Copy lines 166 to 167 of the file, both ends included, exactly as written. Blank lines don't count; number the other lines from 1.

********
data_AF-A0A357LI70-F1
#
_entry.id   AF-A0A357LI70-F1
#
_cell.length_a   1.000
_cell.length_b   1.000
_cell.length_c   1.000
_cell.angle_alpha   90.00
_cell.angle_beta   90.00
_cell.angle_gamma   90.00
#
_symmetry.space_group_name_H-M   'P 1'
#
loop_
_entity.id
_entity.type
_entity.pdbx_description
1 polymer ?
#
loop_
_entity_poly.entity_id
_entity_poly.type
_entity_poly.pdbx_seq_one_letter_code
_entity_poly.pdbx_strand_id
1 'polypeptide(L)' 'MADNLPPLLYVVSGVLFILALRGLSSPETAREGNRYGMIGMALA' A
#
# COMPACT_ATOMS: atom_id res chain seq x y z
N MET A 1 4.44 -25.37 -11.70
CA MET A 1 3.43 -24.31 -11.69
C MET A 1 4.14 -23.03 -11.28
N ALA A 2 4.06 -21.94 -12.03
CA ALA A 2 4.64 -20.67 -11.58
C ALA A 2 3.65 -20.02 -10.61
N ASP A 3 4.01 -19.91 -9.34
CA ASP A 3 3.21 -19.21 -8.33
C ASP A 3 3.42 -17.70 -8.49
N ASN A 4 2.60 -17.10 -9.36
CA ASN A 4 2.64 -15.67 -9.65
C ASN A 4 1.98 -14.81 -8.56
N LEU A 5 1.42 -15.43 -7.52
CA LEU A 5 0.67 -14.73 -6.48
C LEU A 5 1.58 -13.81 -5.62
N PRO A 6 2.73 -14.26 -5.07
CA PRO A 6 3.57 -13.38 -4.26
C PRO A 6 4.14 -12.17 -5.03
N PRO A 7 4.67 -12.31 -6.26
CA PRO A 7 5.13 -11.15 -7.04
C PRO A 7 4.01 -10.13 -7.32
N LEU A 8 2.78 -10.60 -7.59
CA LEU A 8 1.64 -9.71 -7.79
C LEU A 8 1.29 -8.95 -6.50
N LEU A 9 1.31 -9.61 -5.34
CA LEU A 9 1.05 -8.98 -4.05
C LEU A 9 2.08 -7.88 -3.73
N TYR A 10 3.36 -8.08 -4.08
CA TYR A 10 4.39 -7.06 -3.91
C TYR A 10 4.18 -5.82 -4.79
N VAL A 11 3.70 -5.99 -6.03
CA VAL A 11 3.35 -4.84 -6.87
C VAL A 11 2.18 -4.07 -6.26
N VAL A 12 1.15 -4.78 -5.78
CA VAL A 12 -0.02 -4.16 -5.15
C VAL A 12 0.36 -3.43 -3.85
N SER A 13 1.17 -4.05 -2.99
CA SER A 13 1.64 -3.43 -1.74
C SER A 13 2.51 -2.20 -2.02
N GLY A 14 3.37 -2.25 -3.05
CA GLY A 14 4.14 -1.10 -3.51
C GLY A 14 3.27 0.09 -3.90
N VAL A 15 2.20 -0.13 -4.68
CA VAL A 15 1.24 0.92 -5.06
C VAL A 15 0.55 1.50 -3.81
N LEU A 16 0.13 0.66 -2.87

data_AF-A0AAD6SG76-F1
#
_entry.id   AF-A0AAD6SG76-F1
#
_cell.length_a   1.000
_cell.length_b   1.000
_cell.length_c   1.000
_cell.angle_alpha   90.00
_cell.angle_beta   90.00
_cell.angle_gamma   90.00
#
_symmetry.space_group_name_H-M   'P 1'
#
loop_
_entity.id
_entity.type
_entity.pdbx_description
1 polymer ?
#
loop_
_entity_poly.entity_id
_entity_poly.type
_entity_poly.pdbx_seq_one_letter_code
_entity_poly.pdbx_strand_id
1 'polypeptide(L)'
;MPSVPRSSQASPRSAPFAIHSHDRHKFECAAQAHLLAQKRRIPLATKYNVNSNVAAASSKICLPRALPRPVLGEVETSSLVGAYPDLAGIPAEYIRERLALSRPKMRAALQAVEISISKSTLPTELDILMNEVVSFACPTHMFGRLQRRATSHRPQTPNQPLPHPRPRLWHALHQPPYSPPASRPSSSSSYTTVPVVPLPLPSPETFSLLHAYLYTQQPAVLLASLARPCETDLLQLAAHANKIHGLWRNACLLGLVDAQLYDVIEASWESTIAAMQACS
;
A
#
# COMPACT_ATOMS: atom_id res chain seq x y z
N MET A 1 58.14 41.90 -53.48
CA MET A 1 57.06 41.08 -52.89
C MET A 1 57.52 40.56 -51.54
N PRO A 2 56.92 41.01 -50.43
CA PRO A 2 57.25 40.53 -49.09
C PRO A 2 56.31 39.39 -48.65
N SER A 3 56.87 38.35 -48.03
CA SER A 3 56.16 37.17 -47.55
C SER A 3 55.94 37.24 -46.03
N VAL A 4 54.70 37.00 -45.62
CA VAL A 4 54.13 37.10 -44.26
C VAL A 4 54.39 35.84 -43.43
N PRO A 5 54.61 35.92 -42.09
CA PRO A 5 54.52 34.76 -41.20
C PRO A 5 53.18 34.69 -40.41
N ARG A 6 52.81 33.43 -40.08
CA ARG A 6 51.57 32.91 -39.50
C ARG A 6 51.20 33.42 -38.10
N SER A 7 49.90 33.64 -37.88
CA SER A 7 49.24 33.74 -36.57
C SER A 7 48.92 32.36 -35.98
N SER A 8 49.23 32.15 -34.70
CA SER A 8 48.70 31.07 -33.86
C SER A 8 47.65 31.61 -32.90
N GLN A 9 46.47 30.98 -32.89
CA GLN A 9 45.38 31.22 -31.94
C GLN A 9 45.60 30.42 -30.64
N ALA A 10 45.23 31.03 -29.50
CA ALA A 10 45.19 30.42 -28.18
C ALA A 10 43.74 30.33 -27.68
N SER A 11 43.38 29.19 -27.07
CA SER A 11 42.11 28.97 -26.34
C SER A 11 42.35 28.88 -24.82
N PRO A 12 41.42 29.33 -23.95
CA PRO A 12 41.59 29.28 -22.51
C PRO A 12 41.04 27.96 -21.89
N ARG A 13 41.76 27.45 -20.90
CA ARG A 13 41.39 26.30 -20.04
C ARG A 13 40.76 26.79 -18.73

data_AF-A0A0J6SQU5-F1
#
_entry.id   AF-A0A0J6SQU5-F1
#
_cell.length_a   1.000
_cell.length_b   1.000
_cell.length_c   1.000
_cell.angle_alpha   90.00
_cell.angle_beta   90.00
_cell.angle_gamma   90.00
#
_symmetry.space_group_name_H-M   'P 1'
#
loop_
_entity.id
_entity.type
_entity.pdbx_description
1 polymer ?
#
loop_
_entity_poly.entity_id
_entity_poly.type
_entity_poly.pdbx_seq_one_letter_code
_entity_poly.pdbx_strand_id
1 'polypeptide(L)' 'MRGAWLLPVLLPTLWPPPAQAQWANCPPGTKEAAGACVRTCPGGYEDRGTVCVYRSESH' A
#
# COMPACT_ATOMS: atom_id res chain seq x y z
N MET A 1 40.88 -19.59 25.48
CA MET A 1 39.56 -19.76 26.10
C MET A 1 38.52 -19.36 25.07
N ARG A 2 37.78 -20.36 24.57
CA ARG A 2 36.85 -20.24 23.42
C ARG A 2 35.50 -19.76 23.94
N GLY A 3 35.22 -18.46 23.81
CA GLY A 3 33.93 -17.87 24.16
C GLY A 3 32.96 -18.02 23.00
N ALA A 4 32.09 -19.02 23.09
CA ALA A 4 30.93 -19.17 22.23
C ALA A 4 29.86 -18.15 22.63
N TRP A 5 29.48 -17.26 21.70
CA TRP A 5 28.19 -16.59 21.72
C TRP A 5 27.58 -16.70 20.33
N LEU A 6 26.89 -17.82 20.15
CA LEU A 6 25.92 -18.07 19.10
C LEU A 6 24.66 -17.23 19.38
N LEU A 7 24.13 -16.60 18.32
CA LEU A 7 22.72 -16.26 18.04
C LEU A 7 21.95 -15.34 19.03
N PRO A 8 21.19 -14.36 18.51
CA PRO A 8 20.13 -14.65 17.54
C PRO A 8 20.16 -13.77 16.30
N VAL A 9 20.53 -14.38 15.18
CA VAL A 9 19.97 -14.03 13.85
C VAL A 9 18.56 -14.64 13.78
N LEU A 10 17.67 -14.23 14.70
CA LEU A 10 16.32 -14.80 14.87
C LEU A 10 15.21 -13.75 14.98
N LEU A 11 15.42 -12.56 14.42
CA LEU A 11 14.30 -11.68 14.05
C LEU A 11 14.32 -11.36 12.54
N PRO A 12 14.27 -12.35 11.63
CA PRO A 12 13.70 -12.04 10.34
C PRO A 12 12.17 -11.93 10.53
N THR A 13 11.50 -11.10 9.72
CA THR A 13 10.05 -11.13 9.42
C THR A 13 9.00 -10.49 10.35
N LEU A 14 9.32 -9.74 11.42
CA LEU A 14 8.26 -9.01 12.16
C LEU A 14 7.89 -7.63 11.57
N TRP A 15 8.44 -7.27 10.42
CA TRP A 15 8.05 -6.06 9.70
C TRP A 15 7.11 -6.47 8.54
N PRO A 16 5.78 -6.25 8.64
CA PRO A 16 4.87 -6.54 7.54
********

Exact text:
_entity_poly.pdbx_strand_id
1 'polypeptide(L)' 'MRGAWLLPVLLPTLWPPPAQAQWANCPPGTKEAAGACVRTCPGGYEDRGTVCVYRSESH' A